The whole domain of International outsourcing is lucrative and one that has numerous willing participants. While it has the desirable benefits of reduced cost of operations, greater efficiencies and a greater focus on core activities, there are less than desirable challenges that also have to be faced.
The volume of outsourced activities is on a constant upward graph, owing in part to the current economic conditions. The flexibility to change with market trends and stay up-to-date with the latest business models and technology developments makes the farming out process much more appealing. The current trends also show an increase in the risk of dispute in several agreements overseas. Preparing for the eventuality of a dispute is therefore in the best interest of both the companies involved.
International commercial disputes
Despite the pros associated with outsourcing, businesses need to be aware of the risk of disputes that is very real in this domain. Reed Smith, a global law firm in association with the Economist Intelligence Unit (EIU) conducted a survey of executives on a global scale.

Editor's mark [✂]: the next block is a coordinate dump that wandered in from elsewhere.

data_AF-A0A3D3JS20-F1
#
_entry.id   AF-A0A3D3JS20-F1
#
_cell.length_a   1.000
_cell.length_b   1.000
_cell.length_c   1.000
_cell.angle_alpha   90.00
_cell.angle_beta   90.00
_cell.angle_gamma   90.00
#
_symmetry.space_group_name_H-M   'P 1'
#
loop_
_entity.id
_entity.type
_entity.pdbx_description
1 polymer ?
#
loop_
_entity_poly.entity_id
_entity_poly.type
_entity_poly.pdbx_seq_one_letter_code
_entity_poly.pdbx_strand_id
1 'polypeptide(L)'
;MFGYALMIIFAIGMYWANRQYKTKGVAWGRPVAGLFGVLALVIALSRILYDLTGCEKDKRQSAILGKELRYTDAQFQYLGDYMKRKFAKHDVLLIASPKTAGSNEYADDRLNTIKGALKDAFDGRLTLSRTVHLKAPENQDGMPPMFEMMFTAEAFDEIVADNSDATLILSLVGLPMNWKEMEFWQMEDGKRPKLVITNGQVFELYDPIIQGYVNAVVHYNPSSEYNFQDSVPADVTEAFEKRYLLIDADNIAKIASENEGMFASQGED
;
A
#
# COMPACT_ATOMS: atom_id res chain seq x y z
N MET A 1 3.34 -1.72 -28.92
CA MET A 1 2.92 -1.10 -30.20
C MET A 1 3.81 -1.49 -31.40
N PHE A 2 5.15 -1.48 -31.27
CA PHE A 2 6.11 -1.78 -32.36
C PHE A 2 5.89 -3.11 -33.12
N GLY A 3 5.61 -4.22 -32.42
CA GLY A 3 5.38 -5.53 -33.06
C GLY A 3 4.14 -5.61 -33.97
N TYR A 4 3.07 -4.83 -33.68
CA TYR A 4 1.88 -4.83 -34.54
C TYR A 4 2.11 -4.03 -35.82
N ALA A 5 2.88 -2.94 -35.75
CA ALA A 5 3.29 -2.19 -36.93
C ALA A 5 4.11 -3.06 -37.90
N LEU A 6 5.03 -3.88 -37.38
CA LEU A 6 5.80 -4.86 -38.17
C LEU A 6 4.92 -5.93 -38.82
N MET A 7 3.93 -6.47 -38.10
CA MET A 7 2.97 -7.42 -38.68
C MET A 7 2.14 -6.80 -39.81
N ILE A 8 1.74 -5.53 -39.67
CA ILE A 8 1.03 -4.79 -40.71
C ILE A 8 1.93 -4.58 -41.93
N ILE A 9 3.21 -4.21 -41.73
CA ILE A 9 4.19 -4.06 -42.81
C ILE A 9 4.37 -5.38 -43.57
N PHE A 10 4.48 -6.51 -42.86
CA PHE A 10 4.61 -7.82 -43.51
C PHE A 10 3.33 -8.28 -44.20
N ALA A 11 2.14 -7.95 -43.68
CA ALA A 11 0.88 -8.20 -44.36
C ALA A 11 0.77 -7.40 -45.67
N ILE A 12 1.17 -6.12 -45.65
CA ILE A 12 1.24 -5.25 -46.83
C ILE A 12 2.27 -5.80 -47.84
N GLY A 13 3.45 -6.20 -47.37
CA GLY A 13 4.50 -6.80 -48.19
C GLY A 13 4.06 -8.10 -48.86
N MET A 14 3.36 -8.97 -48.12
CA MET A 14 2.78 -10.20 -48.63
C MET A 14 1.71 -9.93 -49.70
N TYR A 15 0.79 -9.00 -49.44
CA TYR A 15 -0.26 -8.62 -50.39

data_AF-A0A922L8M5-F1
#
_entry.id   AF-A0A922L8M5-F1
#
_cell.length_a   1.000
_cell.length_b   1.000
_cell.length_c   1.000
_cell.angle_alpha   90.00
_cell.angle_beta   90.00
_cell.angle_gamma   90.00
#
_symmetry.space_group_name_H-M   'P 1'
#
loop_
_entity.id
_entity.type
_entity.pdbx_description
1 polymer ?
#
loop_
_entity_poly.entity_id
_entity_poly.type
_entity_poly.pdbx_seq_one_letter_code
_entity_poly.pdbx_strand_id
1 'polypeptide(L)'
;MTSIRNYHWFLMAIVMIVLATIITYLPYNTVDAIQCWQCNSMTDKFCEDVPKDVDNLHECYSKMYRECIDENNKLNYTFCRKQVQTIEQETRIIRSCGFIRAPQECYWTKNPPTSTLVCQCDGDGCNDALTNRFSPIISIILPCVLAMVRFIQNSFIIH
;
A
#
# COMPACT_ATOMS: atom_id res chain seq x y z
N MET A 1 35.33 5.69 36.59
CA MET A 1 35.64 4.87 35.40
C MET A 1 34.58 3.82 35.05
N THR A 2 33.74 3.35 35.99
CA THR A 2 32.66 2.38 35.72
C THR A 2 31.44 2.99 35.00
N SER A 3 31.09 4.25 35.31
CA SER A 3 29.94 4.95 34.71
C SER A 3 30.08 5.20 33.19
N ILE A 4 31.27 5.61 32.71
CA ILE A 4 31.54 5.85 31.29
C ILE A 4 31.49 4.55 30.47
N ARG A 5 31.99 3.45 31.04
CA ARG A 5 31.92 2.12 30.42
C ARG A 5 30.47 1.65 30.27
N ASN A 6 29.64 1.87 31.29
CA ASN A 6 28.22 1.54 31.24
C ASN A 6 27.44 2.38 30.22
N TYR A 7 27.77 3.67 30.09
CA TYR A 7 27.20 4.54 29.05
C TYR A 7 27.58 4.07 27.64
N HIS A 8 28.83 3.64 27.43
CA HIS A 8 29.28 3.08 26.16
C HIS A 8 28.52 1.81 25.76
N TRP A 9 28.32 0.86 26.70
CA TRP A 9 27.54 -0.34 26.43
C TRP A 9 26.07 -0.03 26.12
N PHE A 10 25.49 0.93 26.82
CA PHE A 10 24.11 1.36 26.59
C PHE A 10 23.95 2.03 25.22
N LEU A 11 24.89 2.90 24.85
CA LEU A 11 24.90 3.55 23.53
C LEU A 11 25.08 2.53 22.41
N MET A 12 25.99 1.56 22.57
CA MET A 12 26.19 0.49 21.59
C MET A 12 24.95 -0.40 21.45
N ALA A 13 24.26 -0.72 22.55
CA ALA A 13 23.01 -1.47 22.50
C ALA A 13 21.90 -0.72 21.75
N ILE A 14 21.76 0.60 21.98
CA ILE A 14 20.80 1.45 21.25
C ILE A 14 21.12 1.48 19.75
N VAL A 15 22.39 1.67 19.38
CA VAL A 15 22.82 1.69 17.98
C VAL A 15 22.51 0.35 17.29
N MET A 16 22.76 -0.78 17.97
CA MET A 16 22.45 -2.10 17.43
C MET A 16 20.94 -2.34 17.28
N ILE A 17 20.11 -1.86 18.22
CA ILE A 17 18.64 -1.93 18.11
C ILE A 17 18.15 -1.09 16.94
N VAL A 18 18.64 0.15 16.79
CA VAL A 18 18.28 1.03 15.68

The study shone light on the fact that an overwhelming one in four companies was in the midst of an international commercial dispute in the short time span of the past two years alone. The study also found that an incorrect interpretation of agreements was the leading cause of breaches in contract, the major cause of disputes.
Common reasons for disputes
The leading cause of dispute in the 20th century infrastructure, has been replaced by the technology and intellectual property (IP) rights clauses. This fact should be less than surprising as ASIS International pins the total value of stolen corporate IP to be approximately 1 trillion US dollars on a global scale.
A part of the blame can be pinned down on the different regulatory approaches to Intellectual Property laws that different countries take. This issue is relevant not only in developing countries but also in developed countries like the United States where the limits of the IP law are still settling down.
The EIU survey also showed that the 35% of companies that were currently not in the midst of any dispute anticipated IP theft disputes over the next two years in the BRIC markets.
An international trend
This trend of possible IP disputes does not bode well for new contracts which in anticipation of claims is only getting longer and more complicated. When the contracts get more and more convoluted, chances of misinterpretation increase manifold.
There are many examples of major disputes in the recent past. Some examples are the disputes between H3G and Ericsson and the infamous case between EDS/HP and BSkyB which ended in a payment of 318 million pounds in damages alone.
Building a fortress against disputes